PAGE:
HONG KONG -- Asia's film executives can be forgiven for arriving in Santa Monica a little exhausted, and it's not just the 16-hour jetlag.
Many recently have trekked from Pusan to the Tokyo festival and market, and some even added a few days at last week's China Film Group-organized Beijing Screenings. Despite that, most arriving at the American Film Market are expecting to do business.
Pusan and Tokyo's TIFFCOM effectively were warm-up events before the main show, and both were better attended than last fall, when the severity of the global financial meltdown was making itself felt.
Since then, Asian economies have largely recovered, boxoffice has proved resilient and local and regional films have shown themselves capable of being financed and prebought within the region. Further intra-Asian business is definitely on the AFM agenda this week.
Still, Pusan and Tokyo essentially were regional events, whereas this week's AFM is viewed as a global sales event. It is being attended by buyers from North and South America who did not attend the two Asian festivals, by a far more representative selection of European buyers and also by some of the cannier Asian buyers who realized that sellers would hold off on key deals until they had met with all their clients.
Also, Pusan and Tokyo have a stronger accent on art house and festival titles than AFM, which because of its English-language bias is a place for more mainstream commercial and genre fare.
Several leading Hong Kong sales companies and studios -- including Fortissimo, Emperor and Universe -- sent acquisitions staff to the other recent events but avoided taking sales booths. They now are at AFM with suites, packed schedules and sales on the mind.
"We are certainly expecting a busy time given that our meeting slots have largely been taken up," Emperor CEO Albert Lee said. "We chose not to go to Pusan and Tokyo and now have a strong lineup for AFM."
Indeed, several Asian sales companies have opted to unveil top new product at AFM rather than nearer to home:
-- Korean giant CJ Entertainment is opening sales on the thriller "Secret" and crime drama "White Night" and also drumming up ongoing international interest for "Sophie's Revenge," a romantic comedy starring and produced by Zhang Ziyi, and market screenings for "Haeundae" its big-budget disaster movie now the No. 3 film all-time in Korea.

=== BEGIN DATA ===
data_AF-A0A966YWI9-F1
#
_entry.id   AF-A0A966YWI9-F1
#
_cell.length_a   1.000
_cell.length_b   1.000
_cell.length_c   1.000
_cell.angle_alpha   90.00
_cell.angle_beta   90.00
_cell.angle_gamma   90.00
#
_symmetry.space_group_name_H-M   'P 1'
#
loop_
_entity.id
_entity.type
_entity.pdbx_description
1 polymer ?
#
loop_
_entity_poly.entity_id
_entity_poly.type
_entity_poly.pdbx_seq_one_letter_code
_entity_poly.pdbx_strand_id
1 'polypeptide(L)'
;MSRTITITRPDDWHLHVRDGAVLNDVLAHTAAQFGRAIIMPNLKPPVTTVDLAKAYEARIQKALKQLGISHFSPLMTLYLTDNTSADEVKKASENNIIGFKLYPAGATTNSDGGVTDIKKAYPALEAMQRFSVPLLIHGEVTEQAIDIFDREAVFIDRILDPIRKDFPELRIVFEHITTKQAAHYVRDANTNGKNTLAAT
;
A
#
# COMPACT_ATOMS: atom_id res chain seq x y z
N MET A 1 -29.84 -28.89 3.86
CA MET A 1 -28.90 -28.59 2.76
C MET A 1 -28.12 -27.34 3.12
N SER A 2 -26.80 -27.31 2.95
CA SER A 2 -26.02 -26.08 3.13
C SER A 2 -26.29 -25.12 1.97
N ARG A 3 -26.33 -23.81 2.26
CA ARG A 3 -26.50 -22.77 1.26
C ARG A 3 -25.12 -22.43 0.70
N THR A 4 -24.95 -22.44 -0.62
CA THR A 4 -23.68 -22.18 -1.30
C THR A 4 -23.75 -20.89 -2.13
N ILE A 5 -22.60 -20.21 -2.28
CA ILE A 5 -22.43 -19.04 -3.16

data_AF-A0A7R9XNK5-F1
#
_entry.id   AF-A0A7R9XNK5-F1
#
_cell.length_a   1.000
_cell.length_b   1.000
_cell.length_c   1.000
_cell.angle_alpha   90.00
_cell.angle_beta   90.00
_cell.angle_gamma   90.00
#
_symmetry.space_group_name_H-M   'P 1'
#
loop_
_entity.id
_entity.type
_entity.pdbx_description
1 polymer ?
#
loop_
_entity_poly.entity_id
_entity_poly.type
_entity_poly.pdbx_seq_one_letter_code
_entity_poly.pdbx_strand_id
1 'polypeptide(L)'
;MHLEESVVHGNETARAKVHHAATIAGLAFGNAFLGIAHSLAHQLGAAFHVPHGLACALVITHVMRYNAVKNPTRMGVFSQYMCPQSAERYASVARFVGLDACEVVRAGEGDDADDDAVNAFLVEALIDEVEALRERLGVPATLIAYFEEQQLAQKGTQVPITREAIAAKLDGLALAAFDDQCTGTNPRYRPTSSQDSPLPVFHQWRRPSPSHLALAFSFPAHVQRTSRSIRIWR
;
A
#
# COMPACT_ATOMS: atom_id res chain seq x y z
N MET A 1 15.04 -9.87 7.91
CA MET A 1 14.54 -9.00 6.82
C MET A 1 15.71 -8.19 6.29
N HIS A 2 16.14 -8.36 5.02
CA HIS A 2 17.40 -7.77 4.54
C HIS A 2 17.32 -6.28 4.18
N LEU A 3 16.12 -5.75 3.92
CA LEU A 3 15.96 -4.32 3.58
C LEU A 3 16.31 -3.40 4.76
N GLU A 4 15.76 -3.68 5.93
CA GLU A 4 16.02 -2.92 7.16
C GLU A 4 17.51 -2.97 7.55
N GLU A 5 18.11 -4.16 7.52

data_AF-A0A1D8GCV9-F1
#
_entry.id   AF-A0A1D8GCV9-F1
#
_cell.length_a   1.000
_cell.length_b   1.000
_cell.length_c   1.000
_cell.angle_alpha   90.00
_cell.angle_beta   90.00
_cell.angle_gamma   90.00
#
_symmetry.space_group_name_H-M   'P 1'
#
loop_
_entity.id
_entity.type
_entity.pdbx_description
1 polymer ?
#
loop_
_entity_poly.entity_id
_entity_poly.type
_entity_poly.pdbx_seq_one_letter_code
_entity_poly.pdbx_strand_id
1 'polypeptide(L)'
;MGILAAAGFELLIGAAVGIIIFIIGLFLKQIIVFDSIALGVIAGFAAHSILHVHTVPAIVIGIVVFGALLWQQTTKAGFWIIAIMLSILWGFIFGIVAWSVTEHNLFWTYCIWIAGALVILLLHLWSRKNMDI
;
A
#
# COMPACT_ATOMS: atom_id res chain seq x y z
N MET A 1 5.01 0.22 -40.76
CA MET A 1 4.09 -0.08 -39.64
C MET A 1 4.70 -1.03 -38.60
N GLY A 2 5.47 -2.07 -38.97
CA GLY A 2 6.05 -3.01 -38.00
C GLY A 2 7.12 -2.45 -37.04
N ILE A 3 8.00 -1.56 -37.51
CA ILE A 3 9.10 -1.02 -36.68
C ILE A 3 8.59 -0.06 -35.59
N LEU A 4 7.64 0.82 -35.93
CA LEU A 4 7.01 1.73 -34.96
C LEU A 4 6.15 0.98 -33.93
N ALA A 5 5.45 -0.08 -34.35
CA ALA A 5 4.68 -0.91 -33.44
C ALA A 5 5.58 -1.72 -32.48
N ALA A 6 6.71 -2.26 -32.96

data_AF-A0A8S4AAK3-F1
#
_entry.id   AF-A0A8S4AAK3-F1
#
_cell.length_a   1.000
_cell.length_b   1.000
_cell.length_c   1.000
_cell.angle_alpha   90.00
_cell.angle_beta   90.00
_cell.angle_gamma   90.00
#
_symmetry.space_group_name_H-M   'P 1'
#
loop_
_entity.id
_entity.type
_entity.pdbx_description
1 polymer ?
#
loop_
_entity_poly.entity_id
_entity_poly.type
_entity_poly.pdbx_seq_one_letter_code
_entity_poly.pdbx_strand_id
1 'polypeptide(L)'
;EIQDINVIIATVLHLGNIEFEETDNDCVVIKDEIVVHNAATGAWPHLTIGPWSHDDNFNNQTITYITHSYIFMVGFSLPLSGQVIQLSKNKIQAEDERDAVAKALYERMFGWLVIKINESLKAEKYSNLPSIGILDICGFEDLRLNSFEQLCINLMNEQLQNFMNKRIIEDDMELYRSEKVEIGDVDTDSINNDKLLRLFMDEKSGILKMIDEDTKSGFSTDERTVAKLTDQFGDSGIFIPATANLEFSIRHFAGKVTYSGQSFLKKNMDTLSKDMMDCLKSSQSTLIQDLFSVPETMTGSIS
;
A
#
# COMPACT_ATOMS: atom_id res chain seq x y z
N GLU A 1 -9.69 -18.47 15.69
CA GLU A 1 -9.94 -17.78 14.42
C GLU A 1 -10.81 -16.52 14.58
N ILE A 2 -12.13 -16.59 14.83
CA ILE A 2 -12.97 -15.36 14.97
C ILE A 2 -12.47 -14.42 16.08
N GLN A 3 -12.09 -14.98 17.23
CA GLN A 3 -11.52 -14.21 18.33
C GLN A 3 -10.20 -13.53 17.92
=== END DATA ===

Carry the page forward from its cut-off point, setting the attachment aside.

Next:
-- Korean indie Mirovision is putting on a good show with a sales debut for "The Housemaid," a love-triangle horror drama that is a remake of one of the best Korean movies of the 1960s.
-- Hong Kong's Distribution Workshop, which is fed by a film fund and its Cannes deal with Singapore's Media Development Authority, has a powerhouse slate that includes the Jackie Chan starrer "Little Big Soldier," a new live-action version of "Mulan" and the 3D shark actioner "Bait," on which it shares sales duties with Arclight.
-- Emperor also is in the Chinese action business with "Shaolin," a production backed by the Shaolin temple of martial arts now in preproduction, and director Jiang Wen's "Let the Bullets Fly," which is now shooting.
-- Media Asia is unwrapping "Legend of Chen Zhen," a Donnie Yen- and Shu Qi-starring martial arts actioner directed by Andrew Lau ("Infernal Affairs"), and "Jianyu Jianghu," a Mandarin-language action thriller that stars Michelle Yeoh and Korea's Jang Sun-woo.
On the other side, Asian buyers are likely to remain picky. First, they are spoiled for choice with local and other Asian material playing strongly. But their business models have also been made more precarious by DVD markets that are shrinking or in come cases have been obliterated completely.
The weakest point in Asia remains Japan, where a string of indie distributors have collapsed and only Toei and the TV-backed groups seem to be making much money. Still, it is possible to secure sales in Japan with the right product, as Korea's Fine Cut proved this week with the art house title "A Brand New Life."
India also looks quieter after a flurry of buying activity last year. Not only has the wider Indian cinema economy's bubble burst, but also new art house distributors have attained cruising speed after a phase of stocking up.
Still, Hong Kong could prove a bright spot for art house sellers as a new specialty movie channel continues its acquisition hunt.